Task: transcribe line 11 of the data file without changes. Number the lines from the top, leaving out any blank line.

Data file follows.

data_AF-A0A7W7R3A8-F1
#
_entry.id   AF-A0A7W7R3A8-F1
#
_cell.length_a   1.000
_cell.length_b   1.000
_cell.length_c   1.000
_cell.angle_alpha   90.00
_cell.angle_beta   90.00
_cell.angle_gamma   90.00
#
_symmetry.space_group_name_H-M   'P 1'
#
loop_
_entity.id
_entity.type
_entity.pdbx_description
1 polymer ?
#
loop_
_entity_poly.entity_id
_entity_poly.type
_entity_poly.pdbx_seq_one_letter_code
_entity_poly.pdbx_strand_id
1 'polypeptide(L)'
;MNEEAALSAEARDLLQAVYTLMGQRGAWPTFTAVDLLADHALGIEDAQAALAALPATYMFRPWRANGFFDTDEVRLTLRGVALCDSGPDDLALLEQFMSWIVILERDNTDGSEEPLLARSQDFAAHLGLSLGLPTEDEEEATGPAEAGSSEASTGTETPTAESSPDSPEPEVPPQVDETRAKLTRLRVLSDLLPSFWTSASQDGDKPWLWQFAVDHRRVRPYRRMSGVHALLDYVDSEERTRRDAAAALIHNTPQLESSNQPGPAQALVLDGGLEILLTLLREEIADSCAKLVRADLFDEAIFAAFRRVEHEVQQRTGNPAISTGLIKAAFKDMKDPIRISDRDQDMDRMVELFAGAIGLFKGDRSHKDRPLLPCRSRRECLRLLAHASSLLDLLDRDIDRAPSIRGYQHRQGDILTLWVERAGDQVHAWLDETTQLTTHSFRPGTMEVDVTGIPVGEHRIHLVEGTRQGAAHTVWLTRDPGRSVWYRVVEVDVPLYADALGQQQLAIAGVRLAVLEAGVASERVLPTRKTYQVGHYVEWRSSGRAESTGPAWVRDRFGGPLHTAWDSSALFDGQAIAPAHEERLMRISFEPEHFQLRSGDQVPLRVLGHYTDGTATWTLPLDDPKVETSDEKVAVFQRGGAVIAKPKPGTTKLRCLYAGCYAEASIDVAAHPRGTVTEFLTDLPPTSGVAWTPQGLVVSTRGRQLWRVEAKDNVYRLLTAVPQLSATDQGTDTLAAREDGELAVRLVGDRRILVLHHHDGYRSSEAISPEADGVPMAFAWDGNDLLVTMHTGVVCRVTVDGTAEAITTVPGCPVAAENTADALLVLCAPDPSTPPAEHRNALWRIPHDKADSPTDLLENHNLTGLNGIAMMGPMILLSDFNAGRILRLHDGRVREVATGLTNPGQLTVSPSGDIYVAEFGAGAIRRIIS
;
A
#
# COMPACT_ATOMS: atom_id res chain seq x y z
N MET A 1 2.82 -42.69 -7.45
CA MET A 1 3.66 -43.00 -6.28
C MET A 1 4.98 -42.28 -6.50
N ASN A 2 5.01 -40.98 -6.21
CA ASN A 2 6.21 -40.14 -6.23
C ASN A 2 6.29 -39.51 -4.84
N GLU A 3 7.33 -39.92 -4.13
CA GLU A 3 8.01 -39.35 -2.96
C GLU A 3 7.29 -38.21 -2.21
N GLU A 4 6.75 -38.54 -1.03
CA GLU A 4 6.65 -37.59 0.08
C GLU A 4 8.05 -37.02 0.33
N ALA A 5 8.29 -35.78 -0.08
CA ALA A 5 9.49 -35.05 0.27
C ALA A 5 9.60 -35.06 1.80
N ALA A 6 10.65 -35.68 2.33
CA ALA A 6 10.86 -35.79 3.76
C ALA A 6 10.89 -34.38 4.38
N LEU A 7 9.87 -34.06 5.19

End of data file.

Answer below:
#